Get the most important digital marketing news each day.
Brand Bidding & PPC Optimization: Partner Relationships (Part 4 of 8)
In this installment of her multi-part series on brand bidding, columnist Lori Weiman discusses how to use strategic partnerships to increase paid search performance.
Welcome to Part 4 of my series on PPC brand bidding. This article covers working with partners and affiliates to corner the search engine results page (SERP) and control CPC costs.
I created this series using data from The Search Monitor (Disclosure: my employer) to help answer the biggest question facing PPC advertisers in 2016: How do I get meaningful growth numbers out of a crowded and competitive PPC market?
Let’s get you all caught up. In Part 1, we reviewed how gains in PPC evolved over the years and why top-line revenue is so hard to come by today. Part 2 used data and case studies to explain just how valuable brand bidding has become to marketers. Part 3 discussed best practices for brand bidding implementation.
If you have stuck with me this far, you now know why brand bidding is such a huge asset to your PPC arsenal and how to implement it into your PPC life.
Today, we are going to dig a bit deeper into a tactic that will help you better control the search engine results and your CPC prices by coordinating your brand bidding with partners and affiliates.
Who are your partners?
- Affiliates. Affiliates are partners who send visitors to the brand holder’s website through a referral link. Online retailers commonly work with partners in this way through affiliate networks such as Linkshare Rakuten or Commission Junction. Examples include coupon code websites, bloggers or review sites.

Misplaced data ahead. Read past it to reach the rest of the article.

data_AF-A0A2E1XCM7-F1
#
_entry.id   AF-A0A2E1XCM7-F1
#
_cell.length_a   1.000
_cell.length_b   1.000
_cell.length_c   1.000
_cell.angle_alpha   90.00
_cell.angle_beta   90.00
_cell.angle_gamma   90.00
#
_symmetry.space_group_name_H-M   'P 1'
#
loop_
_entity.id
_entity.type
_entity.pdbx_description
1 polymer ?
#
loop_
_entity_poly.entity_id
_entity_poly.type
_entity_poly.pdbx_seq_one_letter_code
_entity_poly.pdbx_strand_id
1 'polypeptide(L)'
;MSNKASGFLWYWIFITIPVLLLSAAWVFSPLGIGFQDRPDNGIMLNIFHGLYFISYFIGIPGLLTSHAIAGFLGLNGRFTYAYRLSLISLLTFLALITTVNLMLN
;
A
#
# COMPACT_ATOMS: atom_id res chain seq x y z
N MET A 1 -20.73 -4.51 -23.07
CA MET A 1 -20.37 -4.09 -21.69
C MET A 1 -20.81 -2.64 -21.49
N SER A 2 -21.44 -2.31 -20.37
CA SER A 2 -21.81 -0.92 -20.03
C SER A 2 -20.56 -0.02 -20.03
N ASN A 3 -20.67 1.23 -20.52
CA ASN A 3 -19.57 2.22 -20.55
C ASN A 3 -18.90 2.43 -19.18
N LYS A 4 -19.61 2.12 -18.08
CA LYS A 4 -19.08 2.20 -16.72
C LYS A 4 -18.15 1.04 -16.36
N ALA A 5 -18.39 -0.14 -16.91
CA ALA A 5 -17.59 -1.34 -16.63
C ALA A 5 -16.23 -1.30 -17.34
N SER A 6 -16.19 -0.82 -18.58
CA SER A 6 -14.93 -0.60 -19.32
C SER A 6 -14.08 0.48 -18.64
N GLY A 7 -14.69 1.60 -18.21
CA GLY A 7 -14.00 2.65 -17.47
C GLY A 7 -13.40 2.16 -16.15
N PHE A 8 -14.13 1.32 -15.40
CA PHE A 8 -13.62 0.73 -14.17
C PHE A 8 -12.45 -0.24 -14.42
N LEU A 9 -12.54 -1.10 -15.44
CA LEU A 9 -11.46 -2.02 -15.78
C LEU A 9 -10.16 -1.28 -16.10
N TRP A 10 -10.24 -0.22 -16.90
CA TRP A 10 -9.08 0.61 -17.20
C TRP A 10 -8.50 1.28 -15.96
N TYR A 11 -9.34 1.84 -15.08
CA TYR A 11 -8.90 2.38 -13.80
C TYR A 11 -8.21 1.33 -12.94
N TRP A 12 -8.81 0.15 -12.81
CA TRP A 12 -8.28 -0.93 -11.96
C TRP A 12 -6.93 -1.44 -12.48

- Resellers. Resellers is just a fancy name for affiliates who refer leads instead of direct purchases. The leads captured by the reseller are sent to the brand holder for conversion. We often see resellers operating in finance, insurance and telecom. An interesting nuance to this type of relationship is that the reseller will usually have authorization to use the brand in its URL, for example: “www.verizonfiosbundles.com” or “www.buyverizon.com.”
- Partners. Travel services (such as hotels) work through online travel agencies like Priceline or Expedia.
- Franchisees or Dealers. A franchisee (or dealer) relationship is a brick-and-mortar concept commonly found in automotive or education, where there is a physical, in-market store. In these arrangements, the dealer has certain marketing rights restricted to a geographic boundary.
- Online Retailers. We don’t usually think of retailers as “partners” or “affiliates,” but in fact they are if the brand holder is a manufacturer. Manufacturers sell through retailers and can benefit from the page ownership strategies discussed here.
Some opinions expressed in this article may be those of a guest author and not necessarily Marketing Land. Staff authors are listed here.